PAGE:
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Empowering youth in Surrey through leadership
This blog is guest authored by Jshandeep Jassal, co-director of Solid State Community Industries. Solid State was part of CERi's Community-Engaged Research Funding Program in the summer of 2020.
When I joined Solid State Community Industries as a researcher in the spring of 2020, I was excited to embark on a learning journey where I could have an impact in supporting racialized youth like myself.
I’m really interested in youth empowerment and understanding issues around autonomy. I was tasked with finding ways to improve the process of building and maintaining youth cohorts at Solid State. There are currently 16 cohorts of racialized youth from Surrey or surrounding areas at Solid State, all working toward building autonomous non-profit or for-profit enterprises with the help of mentors and other support staff.
Being funded by CERi allowed me to work exclusively with a cohort of young, South Asian girls from different cultural backgrounds called “Just.us Instincts” who were interested in creating an event that would bring different South Asian communities together. COVID-19 diverted this cohort’s plans and they were forced to be find creative solutions. It was difficult to plan safe social events during a time of social isolation. At the same time, online events just did not feel the same.
Being an ethnically diverse group themselves, these girls decided their embodiment of community values is enough for the time being. They diverted their attention toward achieving smaller community initiatives, primarily to combat issues related to COVID-19 like the presumed rise of domestic abuse behind closed doors during social isolation.
During my research project I noticed it was difficult to fully engage with youth. This was partly because younger people are often controlled, managed, or guided by adults.
We do not value youth opinions, thoughts, or experiences as much as we should. I strive to not only understand this context that I’m working from, but also to encourage youth to be problem-solvers and their own personal activists. It’s important to support oneself and sometimes, when the world is not built to allow you to do so, you must carve your own personal pathway that encourages your growth and excellence.
It’s important to support oneself and sometimes, when the world is not built to allow you to do so, you must carve your own personal pathway that encourages your growth and excellence.
At Solid State, youth are encouraged to be autonomous. Solid State follows the cooperative model which means that members make decisions democratically, equitably divide work and profits, and believe in building our community. Solid State is a little part of the world that actively counteracts capitalistic ways of doing and works to reconfigure important parts of society like business ownership, community building, and idea generation into a cooperative model.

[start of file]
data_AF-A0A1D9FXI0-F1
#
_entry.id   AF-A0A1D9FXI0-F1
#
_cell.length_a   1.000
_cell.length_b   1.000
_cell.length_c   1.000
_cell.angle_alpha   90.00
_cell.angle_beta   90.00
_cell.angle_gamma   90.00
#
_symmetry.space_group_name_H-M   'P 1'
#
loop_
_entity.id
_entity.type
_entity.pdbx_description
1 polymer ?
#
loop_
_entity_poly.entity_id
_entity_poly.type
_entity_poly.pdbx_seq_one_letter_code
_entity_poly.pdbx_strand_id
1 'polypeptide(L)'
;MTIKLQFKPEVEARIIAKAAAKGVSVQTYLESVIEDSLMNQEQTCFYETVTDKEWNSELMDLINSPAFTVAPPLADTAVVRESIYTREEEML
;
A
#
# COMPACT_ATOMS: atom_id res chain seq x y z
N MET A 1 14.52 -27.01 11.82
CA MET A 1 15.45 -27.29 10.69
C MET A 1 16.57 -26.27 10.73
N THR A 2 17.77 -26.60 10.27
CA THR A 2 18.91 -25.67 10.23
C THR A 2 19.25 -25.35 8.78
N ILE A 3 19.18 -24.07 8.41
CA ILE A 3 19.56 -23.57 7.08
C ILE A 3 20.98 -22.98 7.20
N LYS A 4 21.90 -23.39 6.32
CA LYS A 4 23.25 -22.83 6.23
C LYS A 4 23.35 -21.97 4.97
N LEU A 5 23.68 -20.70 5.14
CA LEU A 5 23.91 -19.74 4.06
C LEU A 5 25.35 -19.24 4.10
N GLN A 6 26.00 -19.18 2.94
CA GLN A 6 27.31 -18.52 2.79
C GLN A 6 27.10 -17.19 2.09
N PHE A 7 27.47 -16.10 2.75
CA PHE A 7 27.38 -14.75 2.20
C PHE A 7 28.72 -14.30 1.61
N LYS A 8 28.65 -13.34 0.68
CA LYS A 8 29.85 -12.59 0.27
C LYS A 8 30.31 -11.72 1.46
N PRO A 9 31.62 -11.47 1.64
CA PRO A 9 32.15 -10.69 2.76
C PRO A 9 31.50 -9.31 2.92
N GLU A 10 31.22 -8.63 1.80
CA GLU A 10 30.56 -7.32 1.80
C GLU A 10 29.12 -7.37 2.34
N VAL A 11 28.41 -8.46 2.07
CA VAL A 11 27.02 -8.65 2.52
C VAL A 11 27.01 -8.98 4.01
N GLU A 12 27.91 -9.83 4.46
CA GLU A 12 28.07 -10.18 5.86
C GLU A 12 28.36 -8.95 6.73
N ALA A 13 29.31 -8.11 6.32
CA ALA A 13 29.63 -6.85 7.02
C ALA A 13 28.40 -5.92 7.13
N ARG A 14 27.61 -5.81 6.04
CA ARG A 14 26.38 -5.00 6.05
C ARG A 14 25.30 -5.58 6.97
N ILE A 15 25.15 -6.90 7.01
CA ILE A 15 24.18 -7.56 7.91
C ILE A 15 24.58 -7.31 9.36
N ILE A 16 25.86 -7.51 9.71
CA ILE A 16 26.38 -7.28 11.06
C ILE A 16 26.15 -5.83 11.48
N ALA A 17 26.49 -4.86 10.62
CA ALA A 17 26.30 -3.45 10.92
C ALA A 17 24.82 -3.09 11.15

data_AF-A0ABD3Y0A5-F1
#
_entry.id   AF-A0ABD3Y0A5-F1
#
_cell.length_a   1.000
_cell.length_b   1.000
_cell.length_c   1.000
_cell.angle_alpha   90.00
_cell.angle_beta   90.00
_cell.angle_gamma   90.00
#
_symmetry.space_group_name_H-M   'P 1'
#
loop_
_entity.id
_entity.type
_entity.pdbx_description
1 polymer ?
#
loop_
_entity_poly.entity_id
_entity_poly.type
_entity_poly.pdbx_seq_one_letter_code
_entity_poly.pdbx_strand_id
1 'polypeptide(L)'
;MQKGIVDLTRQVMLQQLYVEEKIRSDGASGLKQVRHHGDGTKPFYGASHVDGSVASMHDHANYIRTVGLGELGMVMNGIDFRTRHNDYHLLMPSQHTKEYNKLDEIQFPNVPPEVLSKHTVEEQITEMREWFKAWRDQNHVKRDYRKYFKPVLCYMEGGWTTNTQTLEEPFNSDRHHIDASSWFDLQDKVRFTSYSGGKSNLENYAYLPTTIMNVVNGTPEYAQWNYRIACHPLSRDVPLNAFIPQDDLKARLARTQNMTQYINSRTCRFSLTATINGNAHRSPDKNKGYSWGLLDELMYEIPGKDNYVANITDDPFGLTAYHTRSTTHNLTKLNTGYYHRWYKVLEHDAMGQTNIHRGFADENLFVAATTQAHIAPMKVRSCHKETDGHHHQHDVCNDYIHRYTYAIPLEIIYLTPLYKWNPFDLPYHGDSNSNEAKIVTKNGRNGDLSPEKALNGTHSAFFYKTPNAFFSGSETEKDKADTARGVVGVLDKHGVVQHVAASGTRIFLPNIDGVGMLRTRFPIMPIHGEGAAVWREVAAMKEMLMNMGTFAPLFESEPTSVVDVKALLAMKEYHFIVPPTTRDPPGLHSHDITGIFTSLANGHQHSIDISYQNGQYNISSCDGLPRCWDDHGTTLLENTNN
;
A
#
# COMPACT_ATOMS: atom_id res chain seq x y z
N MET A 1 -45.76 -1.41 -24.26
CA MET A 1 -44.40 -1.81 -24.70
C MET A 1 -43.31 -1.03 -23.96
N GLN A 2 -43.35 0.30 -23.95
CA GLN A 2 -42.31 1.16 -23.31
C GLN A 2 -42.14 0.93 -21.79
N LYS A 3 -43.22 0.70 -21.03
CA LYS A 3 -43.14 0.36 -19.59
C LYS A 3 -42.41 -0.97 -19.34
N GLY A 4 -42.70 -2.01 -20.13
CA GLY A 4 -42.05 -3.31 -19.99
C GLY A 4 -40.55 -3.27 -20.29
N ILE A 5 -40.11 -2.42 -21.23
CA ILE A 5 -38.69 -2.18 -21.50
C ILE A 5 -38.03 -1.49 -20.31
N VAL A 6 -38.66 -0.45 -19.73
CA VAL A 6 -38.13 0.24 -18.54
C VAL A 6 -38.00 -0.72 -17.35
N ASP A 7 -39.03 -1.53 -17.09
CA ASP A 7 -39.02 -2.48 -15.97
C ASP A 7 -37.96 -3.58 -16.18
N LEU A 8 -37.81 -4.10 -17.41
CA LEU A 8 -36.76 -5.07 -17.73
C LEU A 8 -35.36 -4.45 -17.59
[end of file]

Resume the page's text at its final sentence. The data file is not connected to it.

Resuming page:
Everyone should feel personally supported and healthy because the individual health of each person in a group contributes to the overall health of the group. Integrating the personal with the professional provides an additional layer of foundation for the cooperative to succeed – it makes work meaningful and enjoyable. I developed a central value around supporting youth casually in settings where we just sit together, talk about our lives, and provide each other with support.
I think as people who work with youth, we often go into situations assuming the position as a leader, teacher, or other type of person in charge. Youth leadership, and arguably leadership with any age group, does not always have to be explicit and authoritarian. People are active watchers, listeners, and learners. We should strive to lead in non-linear ways, so every voice feels valued and important.
About Jshandeep Jassal
Jshandeep Jassal recently graduated from SFU with a B.A. (Hons) with Distinction in Sociology, a minor in Criminology, and a Social Justice certificate. She is a Co-Director at Solid State Community Industries in Surrey and a Community Builder with the United Way in Delta.
As a community development professional, Jshandeep is seeking to create positive narratives around racialized youth, especially in Surrey, Delta, and surrounding areas.
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